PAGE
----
Technologies for future ships and future shipping
The 10th Symposium on High-Performance Marine Vehicles (HIPER) was held in Cortona, Italy. The theme of the conference – future and futuristic technologies for ships and shipping – attracted some 70 participants with a very interdisciplinary and international flavour.
The main take-home messages from HIPER’2016 are:
Significant potential in reducing frictional resistance.
Assorted technologies prepare the move to the next game level in fuel savings addressing the largest energy consumer for most ships, namely frictional resistance. Success field trials for air lubrication for a product tanker (Shell Shipping) put the limelight on this technology. Both sea trials and long-term performance monitoring show net savings of ~5%. “Classical” antifouling still has some trumps up the sleeve. So-called nano-coatings mimic biological surfaces such as shark skin to reduce friction and keep biofouling at bay. New developments, such as the Actiguard technology, reduce biocide leaching by a factor 10-20 by capturing biocides on the hull surface.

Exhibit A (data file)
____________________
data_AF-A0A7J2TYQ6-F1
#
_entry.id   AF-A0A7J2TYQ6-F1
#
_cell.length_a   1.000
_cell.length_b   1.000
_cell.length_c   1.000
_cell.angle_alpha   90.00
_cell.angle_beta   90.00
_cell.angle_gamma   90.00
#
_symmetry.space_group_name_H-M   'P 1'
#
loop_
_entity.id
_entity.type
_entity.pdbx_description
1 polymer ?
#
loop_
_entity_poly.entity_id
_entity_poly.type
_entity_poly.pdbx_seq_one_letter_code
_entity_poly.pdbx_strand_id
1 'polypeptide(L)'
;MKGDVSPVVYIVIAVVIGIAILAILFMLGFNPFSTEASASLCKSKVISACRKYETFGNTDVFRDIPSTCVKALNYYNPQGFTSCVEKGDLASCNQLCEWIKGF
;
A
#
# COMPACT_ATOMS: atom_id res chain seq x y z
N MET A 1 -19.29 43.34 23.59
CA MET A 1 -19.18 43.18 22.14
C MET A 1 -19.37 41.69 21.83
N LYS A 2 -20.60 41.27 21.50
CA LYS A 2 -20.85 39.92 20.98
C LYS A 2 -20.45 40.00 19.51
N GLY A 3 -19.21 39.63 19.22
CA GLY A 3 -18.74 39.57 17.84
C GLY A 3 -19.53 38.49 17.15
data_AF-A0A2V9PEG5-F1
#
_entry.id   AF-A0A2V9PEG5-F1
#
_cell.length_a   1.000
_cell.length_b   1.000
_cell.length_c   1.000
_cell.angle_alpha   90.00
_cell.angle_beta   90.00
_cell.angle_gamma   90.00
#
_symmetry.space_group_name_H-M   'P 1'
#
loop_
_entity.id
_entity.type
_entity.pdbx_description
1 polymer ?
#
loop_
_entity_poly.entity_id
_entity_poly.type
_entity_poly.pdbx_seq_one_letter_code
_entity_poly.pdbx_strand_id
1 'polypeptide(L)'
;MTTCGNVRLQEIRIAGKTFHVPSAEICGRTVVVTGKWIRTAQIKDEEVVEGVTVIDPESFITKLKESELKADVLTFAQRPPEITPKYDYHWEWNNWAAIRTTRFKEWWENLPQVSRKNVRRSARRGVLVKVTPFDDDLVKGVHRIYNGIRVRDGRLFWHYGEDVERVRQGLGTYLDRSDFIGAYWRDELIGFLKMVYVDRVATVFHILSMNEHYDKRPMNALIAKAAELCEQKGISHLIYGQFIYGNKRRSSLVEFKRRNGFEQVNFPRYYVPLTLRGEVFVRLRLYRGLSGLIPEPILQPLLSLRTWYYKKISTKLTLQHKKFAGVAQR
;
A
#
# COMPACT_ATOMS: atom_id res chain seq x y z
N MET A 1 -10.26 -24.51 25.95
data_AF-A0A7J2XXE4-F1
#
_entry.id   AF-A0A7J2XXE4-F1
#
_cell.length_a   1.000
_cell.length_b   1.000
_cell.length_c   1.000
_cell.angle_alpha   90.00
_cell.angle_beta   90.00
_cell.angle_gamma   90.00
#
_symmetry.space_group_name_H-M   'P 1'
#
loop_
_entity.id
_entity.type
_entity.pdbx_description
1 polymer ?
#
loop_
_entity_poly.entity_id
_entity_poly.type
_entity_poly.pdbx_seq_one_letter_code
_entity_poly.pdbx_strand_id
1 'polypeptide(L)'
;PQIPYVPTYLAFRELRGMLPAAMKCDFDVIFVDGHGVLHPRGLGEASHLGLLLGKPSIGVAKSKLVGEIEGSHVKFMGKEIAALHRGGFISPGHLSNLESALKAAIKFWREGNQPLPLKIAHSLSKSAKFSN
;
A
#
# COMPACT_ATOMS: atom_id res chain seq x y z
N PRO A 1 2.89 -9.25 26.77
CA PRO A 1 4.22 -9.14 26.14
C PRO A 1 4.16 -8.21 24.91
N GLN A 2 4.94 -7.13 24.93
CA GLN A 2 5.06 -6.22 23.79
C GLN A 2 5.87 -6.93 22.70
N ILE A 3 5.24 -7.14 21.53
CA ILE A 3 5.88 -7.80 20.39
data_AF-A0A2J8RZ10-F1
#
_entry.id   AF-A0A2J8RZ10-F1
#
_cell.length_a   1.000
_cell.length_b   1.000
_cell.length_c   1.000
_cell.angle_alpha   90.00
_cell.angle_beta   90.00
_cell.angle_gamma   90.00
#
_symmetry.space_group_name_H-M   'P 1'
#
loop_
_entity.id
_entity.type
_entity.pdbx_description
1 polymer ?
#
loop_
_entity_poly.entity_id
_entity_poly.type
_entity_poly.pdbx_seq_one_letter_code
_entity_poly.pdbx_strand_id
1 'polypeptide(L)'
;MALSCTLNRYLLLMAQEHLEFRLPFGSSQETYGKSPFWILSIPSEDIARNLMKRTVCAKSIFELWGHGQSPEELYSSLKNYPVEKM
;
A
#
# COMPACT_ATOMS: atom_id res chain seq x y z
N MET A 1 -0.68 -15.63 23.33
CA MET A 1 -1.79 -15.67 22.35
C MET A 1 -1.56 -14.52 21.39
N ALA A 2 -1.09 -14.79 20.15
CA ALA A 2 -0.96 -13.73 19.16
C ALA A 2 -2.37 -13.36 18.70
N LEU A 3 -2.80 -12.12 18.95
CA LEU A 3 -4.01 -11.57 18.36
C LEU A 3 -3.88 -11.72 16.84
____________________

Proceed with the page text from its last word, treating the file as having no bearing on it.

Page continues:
More autonomy now.
Of course, no discussion of future technologies can avoid the unmanned ships. While commercial unmanned shipping seems decades away, autonomous systems pro-gress rapidly to assorted applications, unmanned surface vessels (typically
Information connected shipping.
While Big Data is interpreted differently by different players, many presentations from ship yards to ship operations involved Big Data and the Internet of Things. We know it is coming, we know we should adopt to stay competitive, but the way ahead is not straight-forward. For example, standards for massive data exchange in the Internet of Things have yet to come. However, the rising demand for sharing complex data models of ships (“digital twins”) between different stakeholders appears to be strong and solutions start to evolve.
Some nice technology overviews are recommended for a wider readership:
Bergsma et al. – “3D-Printing and the Maritime Construction Sector”
Morais et al. – “Ship Design, Engineering and Construction in 2030 and Beyond”
Yebra – “Future Directions towards Low-Friction Hulls”
Thill – “Air Lubrication Technology – Past, Present and Future”
Stenzel et al. – “Biomimetic Approaches for Ship Drag Reduction – Feasible and Efficient?”
Andrews – “Unconventional Ships and Unconventional Design”
Bertram – Unmanned & Autonomous Shipping – A Technology Review”
Source: DNV GL